Your Estate Plan: Incorporating Income Tax Planning

September 14, 2023 HoganTaylor Wealth

Due to the current estate tax exemption amount of $12.92 million in 2023, the concern over federal estate tax has diminished for many individuals. Unlike before 2011 when a lower exemption amount led to widespread efforts to avoid estate tax, the substantial exemption now allows for greater focus on income tax planning for your heirs.

It's important to note that the federal estate tax exclusion amount is set to change after 2025. Starting in 2026, this amount is slated to decrease to $5 million, adjusted for inflation, unless Congress intervenes to maintain the higher limit or establish a new one.

Given the prevailing sizable exemption, consider the following strategies:

Utilize the Gift Tax Annual Exclusion:

Employing the gift tax annual exclusion for lifetime transfers is beneficial not just for estate tax savings, but also for potential income tax implications. This approach removes both the transferred assets and any post-transfer appreciation from the donor's estate.

However, the estate tax savings might not be a primary concern given the substantial estate exemption. Additionally, making an annual exclusion transfer of appreciated property could lead to an income tax drawback, as the recipient assumes the donor's basis upon transfer. Should the heir choose to sell the gifted property, significant capital gains tax could be triggered. Thus, the decision to make a gift should consider factors beyond estate tax, particularly when there's no fear of estate tax liability even if the gifted property appreciates in value.

Consider the Timing of Gifted Appreciated Property:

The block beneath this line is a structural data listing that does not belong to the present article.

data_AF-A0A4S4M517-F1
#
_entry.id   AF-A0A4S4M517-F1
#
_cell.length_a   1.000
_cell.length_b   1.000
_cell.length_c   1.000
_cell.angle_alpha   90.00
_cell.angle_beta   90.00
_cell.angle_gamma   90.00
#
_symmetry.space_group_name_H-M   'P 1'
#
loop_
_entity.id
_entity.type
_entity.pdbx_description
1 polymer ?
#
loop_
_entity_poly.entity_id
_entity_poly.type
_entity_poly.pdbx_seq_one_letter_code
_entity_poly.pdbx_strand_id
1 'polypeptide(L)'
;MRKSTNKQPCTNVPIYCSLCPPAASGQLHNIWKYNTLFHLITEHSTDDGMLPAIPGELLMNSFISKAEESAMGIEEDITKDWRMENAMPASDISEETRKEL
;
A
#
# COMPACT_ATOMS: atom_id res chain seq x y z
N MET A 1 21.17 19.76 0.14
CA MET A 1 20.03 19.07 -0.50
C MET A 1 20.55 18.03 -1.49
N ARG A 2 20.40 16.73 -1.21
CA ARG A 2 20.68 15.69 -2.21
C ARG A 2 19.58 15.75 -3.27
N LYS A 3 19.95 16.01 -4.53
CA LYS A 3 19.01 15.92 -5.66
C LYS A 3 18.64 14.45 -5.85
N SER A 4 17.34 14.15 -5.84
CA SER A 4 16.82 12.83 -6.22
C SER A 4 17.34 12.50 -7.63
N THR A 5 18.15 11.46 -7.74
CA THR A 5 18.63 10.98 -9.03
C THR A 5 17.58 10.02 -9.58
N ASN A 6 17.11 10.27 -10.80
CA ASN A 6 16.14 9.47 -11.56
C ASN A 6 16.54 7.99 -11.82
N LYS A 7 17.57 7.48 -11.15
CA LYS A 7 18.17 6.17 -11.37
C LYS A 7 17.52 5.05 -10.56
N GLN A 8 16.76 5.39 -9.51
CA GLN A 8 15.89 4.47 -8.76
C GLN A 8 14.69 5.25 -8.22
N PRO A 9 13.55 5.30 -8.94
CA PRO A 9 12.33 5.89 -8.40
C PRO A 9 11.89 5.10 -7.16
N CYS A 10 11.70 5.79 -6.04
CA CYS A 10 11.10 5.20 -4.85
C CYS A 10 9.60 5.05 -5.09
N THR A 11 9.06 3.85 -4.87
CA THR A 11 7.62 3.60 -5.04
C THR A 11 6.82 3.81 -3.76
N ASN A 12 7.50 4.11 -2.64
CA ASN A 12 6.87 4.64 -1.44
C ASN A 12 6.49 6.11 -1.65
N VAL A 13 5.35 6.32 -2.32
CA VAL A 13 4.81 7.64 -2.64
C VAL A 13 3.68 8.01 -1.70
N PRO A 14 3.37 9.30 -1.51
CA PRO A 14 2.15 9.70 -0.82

For instance, gifting appreciated property to aid a relative in purchasing a home may not always be the most tax-efficient choice. In some situations, holding onto the appreciated property until the donor's passing could result in a step-up in basis for the heir, effectively erasing potential capital gains tax.

Spousal Estate Planning:

Historically, spouses employed complex strategies, such as a two-trust plan, to equalize their estates and utilize the estate tax exemption amount. The concept of "portability," introduced for decedents who passed away after 2010, enables the surviving spouse to apply the unused portion of the deceased spouse's exclusion amount. This flexibility offers married couples more options for maximizing their exemption amounts.

It's important to recognize that portability pertains to federal estate tax. States imposing an estate tax generally do not recognize portability. As a result, those potentially subject to state-level estate tax should tailor their plans accordingly.

Please contact HoganTaylor Wealth or HoganTaylor Tax to discuss these strategies and their relevance to your unique estate plan.


HoganTaylor Wealth

HoganTaylor Wealth provides an integrated approach to investment and financial planning and is a registered investment advisor and subsidiary of HoganTaylor LLP. HoganTaylor Wealth takes pride in serving clients as an independent fiduciary through holistic financial planning. Learn more at

INFORMATIONAL PURPOSE ONLY. This content is for informational purposes only. This content does not constitute professional advice and should not be relied upon by you or any third party, including to operate or promote your business, secure financing or capital in any form, obtain any regulatory or governmental approvals, or otherwise be used in connection with procuring services or other benefits from any entity. Before making any decision or taking any action, you should consult with professional advisors.

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